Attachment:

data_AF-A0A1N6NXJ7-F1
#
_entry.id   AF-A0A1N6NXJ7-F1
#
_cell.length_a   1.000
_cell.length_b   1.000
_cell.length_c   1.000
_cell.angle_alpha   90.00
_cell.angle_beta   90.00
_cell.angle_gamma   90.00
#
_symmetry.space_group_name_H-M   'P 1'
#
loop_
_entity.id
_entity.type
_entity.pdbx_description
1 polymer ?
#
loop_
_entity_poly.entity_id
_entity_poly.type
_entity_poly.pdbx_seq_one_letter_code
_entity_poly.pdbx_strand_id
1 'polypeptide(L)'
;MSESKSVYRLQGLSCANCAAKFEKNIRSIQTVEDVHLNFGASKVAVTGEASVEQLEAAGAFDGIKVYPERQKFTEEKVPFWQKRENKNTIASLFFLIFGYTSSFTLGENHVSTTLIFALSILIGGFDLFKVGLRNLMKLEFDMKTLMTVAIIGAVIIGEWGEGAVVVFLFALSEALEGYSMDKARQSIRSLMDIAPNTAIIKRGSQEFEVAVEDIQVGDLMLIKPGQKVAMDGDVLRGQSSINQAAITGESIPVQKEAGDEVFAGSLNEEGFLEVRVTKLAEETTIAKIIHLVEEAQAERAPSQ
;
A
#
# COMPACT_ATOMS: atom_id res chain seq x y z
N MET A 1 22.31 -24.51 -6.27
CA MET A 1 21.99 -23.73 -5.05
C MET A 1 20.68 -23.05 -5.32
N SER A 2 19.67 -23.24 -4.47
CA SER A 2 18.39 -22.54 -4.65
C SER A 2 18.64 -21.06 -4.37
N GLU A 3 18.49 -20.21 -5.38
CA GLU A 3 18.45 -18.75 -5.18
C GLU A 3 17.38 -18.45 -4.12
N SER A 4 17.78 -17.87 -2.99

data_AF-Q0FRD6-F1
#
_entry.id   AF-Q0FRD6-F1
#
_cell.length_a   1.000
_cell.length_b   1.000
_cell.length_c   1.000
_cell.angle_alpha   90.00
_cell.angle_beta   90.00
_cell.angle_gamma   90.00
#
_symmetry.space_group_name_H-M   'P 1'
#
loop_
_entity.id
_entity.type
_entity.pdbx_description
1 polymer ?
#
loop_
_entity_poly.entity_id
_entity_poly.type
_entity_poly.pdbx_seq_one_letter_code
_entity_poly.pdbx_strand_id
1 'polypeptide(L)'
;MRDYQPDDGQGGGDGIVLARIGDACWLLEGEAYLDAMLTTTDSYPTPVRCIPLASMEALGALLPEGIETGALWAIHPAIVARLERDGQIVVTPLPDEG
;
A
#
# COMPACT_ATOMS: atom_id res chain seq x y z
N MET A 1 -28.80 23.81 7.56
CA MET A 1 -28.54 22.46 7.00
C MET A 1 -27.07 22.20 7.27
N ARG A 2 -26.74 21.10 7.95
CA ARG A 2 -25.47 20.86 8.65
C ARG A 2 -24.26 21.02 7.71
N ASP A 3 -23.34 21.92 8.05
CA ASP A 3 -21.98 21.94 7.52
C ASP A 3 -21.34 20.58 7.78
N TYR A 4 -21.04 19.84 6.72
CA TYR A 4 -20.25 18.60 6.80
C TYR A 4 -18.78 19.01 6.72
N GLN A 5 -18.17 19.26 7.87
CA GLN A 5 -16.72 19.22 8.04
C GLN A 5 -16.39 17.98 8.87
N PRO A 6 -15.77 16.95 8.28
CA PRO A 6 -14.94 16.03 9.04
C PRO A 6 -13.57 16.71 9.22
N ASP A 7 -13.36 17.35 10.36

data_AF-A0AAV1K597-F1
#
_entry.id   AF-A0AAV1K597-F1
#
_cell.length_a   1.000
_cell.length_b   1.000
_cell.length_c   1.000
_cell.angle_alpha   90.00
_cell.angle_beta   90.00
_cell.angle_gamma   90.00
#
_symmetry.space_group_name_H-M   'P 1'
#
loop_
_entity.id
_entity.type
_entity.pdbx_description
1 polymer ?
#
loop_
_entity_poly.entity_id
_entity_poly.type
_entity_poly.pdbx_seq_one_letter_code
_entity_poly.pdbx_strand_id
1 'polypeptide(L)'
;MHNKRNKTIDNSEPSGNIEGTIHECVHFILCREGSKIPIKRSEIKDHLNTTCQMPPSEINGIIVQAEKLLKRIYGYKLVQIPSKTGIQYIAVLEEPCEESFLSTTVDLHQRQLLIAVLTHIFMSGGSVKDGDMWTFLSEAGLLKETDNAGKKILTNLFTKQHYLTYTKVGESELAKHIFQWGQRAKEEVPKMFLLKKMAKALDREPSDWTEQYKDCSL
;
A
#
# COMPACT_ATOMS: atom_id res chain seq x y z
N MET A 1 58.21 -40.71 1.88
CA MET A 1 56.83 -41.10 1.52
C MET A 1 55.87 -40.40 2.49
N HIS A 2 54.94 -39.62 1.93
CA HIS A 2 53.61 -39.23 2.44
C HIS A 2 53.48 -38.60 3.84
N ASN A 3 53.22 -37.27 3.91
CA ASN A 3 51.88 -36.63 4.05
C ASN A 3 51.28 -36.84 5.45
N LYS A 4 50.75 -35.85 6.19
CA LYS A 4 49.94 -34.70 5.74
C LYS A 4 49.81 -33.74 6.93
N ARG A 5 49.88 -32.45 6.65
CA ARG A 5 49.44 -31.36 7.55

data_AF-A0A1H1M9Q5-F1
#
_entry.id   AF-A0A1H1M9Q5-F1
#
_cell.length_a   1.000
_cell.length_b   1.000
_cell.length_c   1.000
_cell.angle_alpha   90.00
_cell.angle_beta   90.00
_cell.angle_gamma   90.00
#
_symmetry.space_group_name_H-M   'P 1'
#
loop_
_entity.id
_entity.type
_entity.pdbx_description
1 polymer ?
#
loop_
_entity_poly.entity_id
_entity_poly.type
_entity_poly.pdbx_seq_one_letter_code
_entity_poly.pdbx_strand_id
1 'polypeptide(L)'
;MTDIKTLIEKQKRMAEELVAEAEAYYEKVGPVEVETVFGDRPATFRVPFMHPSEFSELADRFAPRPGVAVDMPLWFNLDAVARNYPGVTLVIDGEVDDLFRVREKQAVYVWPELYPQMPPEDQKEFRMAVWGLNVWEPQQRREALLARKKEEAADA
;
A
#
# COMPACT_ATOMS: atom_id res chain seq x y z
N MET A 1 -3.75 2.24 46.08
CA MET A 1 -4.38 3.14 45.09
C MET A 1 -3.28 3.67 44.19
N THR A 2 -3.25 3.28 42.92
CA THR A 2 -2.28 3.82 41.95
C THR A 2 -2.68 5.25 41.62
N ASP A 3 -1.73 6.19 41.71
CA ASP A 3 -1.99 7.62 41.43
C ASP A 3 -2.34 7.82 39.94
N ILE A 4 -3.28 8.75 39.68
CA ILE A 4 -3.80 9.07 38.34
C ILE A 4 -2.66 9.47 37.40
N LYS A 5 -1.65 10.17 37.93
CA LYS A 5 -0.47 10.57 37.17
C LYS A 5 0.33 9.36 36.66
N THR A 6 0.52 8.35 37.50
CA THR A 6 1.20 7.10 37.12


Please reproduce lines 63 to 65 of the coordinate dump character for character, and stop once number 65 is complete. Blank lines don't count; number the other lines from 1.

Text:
_entity_poly.pdbx_seq_one_letter_code
_entity_poly.pdbx_strand_id
1 'polypeptide(L)'